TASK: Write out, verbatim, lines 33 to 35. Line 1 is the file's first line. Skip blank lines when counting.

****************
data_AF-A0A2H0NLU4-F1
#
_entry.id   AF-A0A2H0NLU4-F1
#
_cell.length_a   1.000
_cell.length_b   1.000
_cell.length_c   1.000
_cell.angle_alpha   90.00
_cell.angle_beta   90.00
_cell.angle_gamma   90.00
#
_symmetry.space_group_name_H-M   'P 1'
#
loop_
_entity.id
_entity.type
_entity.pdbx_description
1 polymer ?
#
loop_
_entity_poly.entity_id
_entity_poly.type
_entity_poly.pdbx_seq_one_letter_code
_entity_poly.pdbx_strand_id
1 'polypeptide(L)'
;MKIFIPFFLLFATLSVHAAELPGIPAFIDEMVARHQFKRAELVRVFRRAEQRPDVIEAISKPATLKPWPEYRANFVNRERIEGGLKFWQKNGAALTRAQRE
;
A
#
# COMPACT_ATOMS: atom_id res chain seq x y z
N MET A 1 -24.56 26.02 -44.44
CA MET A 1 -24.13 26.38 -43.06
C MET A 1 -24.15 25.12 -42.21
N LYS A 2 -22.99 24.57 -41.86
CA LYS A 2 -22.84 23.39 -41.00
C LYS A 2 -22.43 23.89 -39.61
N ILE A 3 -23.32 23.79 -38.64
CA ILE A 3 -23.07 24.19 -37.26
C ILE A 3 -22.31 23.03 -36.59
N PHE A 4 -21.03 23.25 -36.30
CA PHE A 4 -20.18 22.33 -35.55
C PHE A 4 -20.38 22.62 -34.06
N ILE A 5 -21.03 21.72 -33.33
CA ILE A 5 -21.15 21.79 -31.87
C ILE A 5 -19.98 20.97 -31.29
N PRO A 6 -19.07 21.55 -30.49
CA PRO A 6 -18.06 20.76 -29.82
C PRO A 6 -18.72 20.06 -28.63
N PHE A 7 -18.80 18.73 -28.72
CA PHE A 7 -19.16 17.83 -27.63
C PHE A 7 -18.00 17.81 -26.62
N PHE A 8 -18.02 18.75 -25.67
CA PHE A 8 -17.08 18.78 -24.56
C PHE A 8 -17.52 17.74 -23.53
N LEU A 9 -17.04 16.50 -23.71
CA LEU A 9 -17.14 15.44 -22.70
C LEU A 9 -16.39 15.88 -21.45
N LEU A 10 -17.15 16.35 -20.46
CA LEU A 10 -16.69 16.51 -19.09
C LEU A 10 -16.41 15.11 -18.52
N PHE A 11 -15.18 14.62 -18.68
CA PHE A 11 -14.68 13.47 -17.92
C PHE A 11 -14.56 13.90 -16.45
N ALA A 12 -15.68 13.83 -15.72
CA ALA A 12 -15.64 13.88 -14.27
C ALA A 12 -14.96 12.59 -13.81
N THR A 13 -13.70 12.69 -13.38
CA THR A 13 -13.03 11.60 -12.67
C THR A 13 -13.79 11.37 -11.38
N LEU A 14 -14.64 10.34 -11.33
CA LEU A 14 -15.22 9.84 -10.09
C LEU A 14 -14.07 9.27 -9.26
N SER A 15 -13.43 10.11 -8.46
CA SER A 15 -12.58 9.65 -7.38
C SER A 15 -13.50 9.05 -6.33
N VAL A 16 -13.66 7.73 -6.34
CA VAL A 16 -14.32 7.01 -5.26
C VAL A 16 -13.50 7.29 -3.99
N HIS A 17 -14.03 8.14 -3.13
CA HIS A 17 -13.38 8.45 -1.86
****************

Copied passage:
C MET A 1 -24.15 25.12 -42.21
N LYS A 2 -22.99 24.57 -41.86
CA LYS A 2 -22.84 23.39 -41.00